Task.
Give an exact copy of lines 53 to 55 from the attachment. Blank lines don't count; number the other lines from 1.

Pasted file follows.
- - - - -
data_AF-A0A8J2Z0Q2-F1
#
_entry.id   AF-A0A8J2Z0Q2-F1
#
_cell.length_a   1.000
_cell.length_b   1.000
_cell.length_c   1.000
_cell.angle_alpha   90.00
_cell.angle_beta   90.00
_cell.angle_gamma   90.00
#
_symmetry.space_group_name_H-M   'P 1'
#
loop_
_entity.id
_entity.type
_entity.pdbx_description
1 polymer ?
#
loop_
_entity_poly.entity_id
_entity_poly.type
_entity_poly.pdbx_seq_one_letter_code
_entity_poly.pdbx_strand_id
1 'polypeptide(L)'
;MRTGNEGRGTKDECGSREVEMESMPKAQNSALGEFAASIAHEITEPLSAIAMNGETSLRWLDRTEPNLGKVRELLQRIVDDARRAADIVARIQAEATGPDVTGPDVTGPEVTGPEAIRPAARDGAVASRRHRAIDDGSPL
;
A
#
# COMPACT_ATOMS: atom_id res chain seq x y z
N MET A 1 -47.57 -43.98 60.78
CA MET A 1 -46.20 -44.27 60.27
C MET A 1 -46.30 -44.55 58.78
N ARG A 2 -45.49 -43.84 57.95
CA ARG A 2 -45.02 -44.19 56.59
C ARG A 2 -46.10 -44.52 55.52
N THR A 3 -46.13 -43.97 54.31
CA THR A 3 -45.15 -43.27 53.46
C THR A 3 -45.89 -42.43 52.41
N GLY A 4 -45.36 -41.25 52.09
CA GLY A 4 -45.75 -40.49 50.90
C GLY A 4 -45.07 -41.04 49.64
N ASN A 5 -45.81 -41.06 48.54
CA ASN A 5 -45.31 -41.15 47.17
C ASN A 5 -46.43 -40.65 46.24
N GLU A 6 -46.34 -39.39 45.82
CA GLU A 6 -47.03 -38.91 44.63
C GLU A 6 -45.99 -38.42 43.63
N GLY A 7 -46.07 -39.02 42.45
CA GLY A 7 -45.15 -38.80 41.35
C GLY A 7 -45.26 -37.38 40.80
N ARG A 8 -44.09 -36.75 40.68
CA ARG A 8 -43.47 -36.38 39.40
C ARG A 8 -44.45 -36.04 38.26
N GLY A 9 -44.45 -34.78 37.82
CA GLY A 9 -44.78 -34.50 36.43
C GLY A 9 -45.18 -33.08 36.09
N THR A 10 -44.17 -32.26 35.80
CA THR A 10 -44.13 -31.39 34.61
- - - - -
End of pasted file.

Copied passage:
CA ARG A 8 -43.47 -36.38 39.40
C ARG A 8 -44.45 -36.04 38.26
N GLY A 9 -44.45 -34.78 37.82